Consider this: I own and operate a house cleaning business. Most of the people I work for are wealthy and enjoy status and privilege far above my own. Most of them are friendly and talk to me as if we are equals, but I am aware the division of status is still there. It is an invisible line I must not cross. I both expect and am expected to serve them. They do not expect to serve me, nor do I expect them to serve me. In fact, I would be horrified if they showed up at my house and offered to clean it. Even if I were disabled, they would be among the last people I would expect to stoop to clean my house.
In a similar way, Jesus was the last person anyone would expect to stoop to wash the guests' feet. Peter was horrified, just as I would be if my clients stooped to clean my house, take out my garbage, or wash my windows. I genuinely would want them off my property and out of my space—even if they were doing it for free. Or especially if they were doing it for free. Them serving me would be so inappropriate as to be gross. Their status says THEY are NOT to get their hands or knees dirty, that is MY job, my status. If they get on their hands and knees cleaning my house while I sit in a comfortable chair, (even if I'm writing a blog post or novel) I would feel so out of place. Their action would reverse our status. Not only would I be hard-pressed to accept it, I would also feel humiliated because their action would suggest I haven't done what is expected of me and now they, my superiors, must do it for me. This is also how a wife in Paul's day would feel if her husband lowered himself to do “women's work.”
This wifely rebellion against the humble sacrificial service of their husbands is what Paul was referring to when he told them to not refuse to submit to their husbands “in everything.” They were already submitting to all the other “everythings.” In the next verses he describes the “everything” the wives will be submitting to. Further, Paul says this is a great mystery, but that he is speaking of Christ and the church. That statement takes us back to the gospels where we see how Jesus interacted humbly with those first followers, raising them to his own high status as heirs of God.
Although a summary reading would lead us to conclude Paul wants wives to subject themselves to every self-serving, husband-knows-best edict of their husbands, a consideration of the context, which includes the gospels, leads us to see Paul would have to talk out of both sides of his mouth if he said on the one hand husbands are to love and sacrifice for their wives, and on the other he told wives to obey their authoritarian husbands—even if we claim it is loving for husbands to take authority over their wives. Even the complementarian teaching of “joyful submission,” shows they indeed are telling wives to be joyful in obeying that which reduces their status to servant or child—a person who has no decision-making power. (Although they would never admit they are anything but equal to their husbands.) Rather, Paul is not talking out of both sides of his mouth, but is reminding wives to NOT rebel against accepting sacrificial servitude from their high status husbands. Instead, they are to accept the service of their husbands whole-heartedly, as Peter did. V 9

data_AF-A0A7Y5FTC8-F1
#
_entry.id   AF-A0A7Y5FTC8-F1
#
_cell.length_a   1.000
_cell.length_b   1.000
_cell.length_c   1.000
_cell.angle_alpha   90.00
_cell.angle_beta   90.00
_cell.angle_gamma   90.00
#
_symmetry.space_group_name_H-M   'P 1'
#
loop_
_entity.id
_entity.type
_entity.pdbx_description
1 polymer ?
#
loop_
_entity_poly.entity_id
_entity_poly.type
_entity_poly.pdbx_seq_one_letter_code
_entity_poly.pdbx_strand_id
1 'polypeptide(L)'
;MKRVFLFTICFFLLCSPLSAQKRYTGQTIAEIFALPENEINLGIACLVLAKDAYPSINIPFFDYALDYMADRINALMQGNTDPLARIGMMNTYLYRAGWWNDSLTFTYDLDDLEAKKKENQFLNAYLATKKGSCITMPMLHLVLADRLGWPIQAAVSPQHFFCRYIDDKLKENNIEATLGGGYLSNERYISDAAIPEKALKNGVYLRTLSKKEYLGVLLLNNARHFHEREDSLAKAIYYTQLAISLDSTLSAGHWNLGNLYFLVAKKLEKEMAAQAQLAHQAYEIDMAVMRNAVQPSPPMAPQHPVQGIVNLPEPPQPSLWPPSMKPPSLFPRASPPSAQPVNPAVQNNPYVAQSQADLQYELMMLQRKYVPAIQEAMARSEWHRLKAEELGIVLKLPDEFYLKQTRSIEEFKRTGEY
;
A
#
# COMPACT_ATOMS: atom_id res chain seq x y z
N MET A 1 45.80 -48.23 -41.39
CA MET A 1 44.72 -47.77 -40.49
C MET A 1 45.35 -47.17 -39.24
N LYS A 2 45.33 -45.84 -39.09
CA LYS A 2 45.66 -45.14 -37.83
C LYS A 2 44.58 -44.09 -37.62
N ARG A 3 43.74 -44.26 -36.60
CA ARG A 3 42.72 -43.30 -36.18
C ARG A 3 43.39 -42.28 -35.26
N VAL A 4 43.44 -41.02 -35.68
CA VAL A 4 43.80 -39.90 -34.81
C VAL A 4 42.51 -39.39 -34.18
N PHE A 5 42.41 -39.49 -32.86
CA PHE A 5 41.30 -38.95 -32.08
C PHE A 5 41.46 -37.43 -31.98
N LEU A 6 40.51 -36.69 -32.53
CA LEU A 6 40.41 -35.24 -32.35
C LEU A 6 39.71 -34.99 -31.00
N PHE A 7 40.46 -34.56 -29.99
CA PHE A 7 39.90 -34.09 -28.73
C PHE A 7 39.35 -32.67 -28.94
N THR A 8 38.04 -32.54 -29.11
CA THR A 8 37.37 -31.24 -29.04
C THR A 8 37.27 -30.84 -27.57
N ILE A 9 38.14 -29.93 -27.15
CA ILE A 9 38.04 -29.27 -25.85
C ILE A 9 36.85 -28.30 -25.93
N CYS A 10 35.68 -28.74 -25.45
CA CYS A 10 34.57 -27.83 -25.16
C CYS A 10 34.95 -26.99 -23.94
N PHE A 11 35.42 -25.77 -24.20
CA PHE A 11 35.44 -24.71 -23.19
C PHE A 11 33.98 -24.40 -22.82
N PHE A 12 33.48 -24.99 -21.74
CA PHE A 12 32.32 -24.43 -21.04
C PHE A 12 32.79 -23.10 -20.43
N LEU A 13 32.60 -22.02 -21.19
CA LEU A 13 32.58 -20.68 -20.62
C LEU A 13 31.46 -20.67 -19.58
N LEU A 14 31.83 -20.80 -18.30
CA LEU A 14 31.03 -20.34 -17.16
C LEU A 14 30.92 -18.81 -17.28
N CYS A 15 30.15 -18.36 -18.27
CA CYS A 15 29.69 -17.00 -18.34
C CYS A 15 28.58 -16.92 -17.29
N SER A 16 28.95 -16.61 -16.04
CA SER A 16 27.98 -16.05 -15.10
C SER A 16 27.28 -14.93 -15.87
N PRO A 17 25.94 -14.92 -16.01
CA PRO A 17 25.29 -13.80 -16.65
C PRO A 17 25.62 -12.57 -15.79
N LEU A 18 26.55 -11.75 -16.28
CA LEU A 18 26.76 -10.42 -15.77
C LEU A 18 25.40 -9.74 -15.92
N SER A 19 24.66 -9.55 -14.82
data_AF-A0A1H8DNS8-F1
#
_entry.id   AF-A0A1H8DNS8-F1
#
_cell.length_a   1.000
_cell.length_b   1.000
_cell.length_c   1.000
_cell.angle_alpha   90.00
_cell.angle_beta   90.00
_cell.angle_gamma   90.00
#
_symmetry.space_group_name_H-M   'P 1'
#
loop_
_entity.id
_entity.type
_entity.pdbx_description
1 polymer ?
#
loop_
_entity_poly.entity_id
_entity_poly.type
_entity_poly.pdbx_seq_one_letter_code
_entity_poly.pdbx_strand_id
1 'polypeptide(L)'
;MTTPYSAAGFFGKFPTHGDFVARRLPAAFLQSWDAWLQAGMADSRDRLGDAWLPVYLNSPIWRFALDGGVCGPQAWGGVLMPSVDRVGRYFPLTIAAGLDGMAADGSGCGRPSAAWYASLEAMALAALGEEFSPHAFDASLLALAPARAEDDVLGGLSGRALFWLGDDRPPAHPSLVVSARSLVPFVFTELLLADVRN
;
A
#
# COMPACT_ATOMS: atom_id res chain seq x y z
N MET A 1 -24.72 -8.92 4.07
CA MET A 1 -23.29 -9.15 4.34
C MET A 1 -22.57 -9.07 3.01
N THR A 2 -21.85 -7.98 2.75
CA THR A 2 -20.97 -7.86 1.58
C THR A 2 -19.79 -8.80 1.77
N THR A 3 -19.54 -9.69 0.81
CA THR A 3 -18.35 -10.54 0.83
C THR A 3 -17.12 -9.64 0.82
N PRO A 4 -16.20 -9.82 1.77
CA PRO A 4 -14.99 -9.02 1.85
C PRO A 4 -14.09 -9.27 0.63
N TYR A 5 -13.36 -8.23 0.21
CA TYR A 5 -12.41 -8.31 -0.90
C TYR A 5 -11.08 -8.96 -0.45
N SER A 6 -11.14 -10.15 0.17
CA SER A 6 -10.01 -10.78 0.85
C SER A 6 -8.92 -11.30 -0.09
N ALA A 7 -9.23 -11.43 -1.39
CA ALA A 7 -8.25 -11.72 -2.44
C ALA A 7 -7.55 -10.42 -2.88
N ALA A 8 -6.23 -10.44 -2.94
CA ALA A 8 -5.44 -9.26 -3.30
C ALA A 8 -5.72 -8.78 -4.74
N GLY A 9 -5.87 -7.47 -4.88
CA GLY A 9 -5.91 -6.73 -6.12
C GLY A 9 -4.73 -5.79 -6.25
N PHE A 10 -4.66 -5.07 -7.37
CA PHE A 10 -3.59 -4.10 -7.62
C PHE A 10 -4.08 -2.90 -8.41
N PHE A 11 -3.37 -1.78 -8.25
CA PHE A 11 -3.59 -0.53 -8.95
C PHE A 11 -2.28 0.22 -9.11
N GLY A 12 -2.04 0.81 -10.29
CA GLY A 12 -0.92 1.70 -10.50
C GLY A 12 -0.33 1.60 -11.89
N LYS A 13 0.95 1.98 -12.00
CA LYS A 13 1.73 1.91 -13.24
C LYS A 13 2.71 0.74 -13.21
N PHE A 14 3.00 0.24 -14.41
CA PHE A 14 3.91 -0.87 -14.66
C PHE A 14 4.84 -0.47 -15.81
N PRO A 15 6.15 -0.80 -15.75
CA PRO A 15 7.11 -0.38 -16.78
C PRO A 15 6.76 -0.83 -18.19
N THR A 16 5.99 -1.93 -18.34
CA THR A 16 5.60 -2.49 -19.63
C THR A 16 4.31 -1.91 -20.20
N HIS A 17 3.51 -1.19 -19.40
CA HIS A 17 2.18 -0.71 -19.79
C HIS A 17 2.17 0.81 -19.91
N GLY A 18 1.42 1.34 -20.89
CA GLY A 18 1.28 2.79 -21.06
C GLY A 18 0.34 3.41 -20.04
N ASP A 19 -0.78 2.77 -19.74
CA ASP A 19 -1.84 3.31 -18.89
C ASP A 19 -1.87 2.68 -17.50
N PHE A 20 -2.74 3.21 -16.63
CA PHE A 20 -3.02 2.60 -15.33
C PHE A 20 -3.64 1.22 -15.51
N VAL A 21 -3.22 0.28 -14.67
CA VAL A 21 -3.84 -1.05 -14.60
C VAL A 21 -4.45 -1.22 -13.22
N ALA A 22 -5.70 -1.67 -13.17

“Lord, not my feet only, but also my hands and my head.”Indeed, Jesus tells us that He is sending us—and this includes high-status people, particularly husbands—to follow His example.
John 13:12b-17 “Know ye what I have done to you? Ye call me Master and Lord; and ye say well; for so I am. If I then, your Lord and Master, have washed your feet, ye also ought to wash one another's feet. For I have given you an example, that ye should do as I have done to you. Verily, verily, I say unto you, The servant is not greater than his lord; neither he that is sent greater than he that sent him. If ye know these things, happy are ye if ye do them.”In today's culture, washing another's feet may be inappropriate and unnecessary, since we wear shoes instead of sandals. But when husbands honor their wives by elevating them to the status of decision-maker alongside themselves, the action is likely to urge husbands toward sacrificial service in ways they would not otherwise consider—service that is more in sync with the teaching of Jesus and of Paul.
Waneta Dawn is the author of "Behind the Hedge, A novel" See www.wanetadawn.com A Mennonite woman fights to save her family yet keep her faith.